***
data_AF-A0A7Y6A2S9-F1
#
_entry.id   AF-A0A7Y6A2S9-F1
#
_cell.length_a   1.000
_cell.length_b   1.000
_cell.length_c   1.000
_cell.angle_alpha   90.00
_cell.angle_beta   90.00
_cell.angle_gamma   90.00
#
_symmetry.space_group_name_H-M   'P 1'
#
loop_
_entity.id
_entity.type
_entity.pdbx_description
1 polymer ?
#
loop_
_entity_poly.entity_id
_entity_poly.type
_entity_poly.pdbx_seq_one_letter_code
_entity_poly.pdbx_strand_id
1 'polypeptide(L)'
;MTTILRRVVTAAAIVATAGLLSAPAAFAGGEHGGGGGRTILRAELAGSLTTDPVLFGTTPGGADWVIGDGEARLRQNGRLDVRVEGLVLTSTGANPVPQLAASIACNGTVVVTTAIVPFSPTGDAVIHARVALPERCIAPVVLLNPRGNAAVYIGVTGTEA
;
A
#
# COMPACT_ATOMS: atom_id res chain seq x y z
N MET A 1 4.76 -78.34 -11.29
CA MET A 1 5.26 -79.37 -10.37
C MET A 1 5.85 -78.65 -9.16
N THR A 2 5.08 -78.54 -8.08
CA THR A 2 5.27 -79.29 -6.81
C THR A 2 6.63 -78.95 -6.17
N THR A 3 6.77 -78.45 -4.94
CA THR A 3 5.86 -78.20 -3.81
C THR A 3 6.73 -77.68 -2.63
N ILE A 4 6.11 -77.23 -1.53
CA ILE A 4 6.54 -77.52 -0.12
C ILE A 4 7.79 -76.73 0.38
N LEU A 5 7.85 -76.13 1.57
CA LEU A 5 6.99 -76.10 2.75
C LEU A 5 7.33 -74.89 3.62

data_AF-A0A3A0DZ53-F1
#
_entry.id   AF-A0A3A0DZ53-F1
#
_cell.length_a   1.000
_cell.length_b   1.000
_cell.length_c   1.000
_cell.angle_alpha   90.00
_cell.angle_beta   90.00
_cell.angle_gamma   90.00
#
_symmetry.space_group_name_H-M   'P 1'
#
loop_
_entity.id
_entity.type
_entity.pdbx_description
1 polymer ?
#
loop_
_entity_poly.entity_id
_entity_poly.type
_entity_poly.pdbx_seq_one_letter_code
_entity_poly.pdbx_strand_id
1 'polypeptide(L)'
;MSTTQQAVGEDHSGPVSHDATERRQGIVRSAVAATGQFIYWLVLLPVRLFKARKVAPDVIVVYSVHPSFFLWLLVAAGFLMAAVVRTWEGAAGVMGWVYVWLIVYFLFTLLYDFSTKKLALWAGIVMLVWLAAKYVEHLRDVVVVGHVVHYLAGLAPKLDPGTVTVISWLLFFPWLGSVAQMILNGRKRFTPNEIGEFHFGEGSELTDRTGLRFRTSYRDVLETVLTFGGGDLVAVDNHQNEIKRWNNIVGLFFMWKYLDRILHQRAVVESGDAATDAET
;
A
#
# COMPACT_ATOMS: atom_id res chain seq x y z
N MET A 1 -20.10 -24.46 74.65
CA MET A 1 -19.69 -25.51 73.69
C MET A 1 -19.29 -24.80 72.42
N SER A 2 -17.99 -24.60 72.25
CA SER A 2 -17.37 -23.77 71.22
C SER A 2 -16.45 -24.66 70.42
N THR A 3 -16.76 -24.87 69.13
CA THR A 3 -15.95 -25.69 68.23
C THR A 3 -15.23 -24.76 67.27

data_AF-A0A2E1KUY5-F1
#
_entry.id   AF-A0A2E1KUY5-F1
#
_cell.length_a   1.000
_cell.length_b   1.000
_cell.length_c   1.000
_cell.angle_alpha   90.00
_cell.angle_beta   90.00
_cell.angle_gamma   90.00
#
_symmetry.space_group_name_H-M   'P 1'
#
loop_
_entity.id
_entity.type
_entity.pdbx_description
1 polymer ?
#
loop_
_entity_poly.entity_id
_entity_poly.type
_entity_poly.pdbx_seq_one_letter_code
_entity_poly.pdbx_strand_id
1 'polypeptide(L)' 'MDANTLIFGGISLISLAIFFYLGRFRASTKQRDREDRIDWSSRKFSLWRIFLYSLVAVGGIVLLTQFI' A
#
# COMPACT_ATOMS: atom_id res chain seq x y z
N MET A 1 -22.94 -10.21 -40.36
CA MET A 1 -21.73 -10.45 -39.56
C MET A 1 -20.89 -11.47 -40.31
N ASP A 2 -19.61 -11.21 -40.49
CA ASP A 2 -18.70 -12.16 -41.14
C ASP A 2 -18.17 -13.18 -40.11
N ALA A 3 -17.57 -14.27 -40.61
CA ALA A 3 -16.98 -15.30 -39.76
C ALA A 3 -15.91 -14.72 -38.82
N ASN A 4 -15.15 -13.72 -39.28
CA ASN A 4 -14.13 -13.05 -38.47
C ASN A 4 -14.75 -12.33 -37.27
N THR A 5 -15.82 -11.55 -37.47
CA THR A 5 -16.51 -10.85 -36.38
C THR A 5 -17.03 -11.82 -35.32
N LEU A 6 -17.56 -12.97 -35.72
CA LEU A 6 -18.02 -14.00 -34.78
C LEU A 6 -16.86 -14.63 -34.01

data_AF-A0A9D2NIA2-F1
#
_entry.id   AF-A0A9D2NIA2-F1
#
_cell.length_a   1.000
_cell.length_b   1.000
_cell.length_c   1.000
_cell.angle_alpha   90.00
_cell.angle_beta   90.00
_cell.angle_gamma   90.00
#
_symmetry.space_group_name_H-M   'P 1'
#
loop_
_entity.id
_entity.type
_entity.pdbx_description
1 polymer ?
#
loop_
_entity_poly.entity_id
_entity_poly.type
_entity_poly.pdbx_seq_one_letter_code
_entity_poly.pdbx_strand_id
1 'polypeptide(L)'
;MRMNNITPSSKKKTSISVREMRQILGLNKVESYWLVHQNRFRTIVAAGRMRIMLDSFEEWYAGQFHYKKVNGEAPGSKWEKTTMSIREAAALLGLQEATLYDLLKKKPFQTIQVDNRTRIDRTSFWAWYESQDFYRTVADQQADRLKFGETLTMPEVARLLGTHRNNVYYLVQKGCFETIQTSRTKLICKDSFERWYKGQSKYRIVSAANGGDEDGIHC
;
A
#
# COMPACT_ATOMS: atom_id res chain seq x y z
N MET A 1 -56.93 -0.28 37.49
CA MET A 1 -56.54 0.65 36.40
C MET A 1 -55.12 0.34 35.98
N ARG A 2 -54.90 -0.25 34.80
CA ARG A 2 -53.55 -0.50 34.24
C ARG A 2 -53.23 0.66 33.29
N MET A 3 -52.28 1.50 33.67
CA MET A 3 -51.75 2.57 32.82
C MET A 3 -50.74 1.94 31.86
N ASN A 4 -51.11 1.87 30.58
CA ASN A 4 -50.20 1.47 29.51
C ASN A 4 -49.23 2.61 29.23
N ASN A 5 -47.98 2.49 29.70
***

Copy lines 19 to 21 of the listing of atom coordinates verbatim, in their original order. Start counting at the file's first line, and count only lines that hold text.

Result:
#
loop_
_entity_poly.entity_id